- Public databases are not as good as you think. In this study, curated catalogs of sequence variants from known sources (the authors themselves, and the 1,000 Genomes Project) overlapped with 11% of valid somatic mutations, causing their removal. A filter based on the latest dbSNP is even more dangerous because, as some of us have recently discovered, dbSNP contains a lot of somatic (not inherited) mutations. This is because certain cancer projects have submitted their somatic mutation callsets to dbSNP, and these have been accepted. Also, given the low barrier to entry, one should be aware that a lot of dbSNP entries are experimental false positives. Both of these can overlap with mutations in a tumor genome and cause them to be dismissed as germline variants.
- Non-SNV alterations are not amenable to filtering. Tumor genomes acquire insertions, deletions, structural variants, and copy number alterations, some of which may activate oncogenes or disrupt tumor suppressors. Let’s be honest: the databases of non-SNV variants in germline form are woefully incomplete. Unlike SNVs, the coordinates and alleles of larger variants are ambiguous, which makes comparisons to existing variant catalogs very difficult. There are also other types of genetic changes in a tumor, such as loss of heterozygosity (LOH), that will be missed when you don’t know the normal genotype.
- True somatic mutations are exceptionally rare compared to germline variants. Inherited sequence variants occur at a rate of one per 500-1000 base pairs. In contrast, for most tumors, somatic mutations occur at a rate of one per million base pairs. Let’s say you have 20,000 coding variants in a tumor and 98% of those are in dbSNP. That leaves 400 private SNPs that filtering won’t remove, whereas most solid tumors harbor less than 100 somatic coding mutations. In this realistic scenario, only one out of every five post-filtered variants is a somatic mutation.
- Sequencing is cheap, but mistakes are not. Not long ago, you could argue that sequencing matched normals was too costly to be done systematically, even if they were available. That’s no longer the case. A single HiSeq lane gives you enough sequence for two exomes. Why not eliminate the largest source of false-positive mutations – the constitutional genome – by sequencing it as well? It will give you better predictions, and if you go on to validate candidate mutations (as you certainly should), it will probably end up saving you money. Trust me, it’s far better to sequence tumor-normal pairs together, at the same time, same exome platform, ideally same instrument run, to minimize batch effects between them.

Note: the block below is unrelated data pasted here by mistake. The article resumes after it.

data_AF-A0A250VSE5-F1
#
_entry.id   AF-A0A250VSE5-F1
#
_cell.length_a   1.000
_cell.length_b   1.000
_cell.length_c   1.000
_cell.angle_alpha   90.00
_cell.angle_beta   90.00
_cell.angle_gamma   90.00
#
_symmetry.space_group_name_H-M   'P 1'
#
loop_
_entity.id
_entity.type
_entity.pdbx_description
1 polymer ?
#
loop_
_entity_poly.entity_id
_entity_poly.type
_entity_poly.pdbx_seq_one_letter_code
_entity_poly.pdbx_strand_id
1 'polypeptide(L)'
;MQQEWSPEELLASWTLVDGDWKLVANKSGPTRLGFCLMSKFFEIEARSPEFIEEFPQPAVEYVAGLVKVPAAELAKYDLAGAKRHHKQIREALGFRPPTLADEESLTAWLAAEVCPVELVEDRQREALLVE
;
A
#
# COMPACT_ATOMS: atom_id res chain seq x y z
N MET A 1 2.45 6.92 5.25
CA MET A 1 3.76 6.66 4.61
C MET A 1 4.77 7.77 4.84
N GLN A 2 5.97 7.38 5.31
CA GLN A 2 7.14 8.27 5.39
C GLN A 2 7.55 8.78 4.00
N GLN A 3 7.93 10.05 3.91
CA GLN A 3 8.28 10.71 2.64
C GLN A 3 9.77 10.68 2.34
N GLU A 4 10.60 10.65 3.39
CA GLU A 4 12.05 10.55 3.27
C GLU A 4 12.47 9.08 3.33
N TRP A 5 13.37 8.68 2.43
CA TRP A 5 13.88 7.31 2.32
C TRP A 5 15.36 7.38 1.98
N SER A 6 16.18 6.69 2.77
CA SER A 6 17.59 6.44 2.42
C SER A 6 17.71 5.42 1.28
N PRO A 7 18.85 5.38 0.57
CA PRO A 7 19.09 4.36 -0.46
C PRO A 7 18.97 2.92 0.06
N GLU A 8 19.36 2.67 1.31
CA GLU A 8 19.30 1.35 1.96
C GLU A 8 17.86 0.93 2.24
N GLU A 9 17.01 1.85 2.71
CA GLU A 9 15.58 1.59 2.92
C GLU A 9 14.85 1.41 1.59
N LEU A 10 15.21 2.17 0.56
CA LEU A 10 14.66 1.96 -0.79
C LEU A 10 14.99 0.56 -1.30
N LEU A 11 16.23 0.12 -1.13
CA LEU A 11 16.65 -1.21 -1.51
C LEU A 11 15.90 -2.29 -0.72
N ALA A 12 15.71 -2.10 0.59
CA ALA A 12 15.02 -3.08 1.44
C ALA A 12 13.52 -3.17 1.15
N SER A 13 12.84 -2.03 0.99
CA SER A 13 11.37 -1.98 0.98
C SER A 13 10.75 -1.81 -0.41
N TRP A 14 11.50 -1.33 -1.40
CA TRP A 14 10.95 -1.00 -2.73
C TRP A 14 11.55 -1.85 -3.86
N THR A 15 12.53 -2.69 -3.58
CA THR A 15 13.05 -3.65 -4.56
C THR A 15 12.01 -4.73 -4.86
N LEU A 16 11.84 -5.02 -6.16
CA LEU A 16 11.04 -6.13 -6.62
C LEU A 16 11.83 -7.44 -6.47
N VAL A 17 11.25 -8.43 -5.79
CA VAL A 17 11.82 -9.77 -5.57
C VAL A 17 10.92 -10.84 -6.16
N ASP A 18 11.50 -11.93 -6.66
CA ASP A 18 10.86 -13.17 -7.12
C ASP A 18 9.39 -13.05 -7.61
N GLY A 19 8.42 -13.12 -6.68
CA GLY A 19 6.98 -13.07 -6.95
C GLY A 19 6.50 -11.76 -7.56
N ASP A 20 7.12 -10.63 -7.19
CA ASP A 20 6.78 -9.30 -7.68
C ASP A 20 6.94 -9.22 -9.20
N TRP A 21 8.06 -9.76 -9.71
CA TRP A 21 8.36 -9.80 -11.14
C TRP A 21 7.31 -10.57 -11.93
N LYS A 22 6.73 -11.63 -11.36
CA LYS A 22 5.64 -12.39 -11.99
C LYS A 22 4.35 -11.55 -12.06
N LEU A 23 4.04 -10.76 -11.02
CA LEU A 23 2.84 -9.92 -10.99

Availability of Matched Normals
Of course, sequencing a matched normal sample requires that such material is available. I recognize that this is not always the case. Some of the better-studied cancer cell lines, for example, were made from the tumors of long-dead cancer patients. For less common cancer types, many of the available samples will be frozen or FFPE samples, and getting a matched normal won’t be possible. However, if matched normal tissue is available, I’d argue that it should be assigned for sequencing under identical protocols as the tumor sample. And when you find those germline variants, don’t forget to submit them to dbSNP.
Kumar A, White TA, MacKenzie AP, Clegg N, Lee C, Dumpit RF, Coleman I, Ng SB, Salipante SJ, Rieder MJ, Nickerson DA, Corey E, Lange PH, Morrissey C, Vessella RL, Nelson PS, & Shendure J (2011). Exome sequencing identifies a spectrum of mutation frequencies in advanced and lethal prostate cancers. Proceedings of the National Academy of Sciences of the United States of America, 108 (41), 17087-92 PMID: 21949389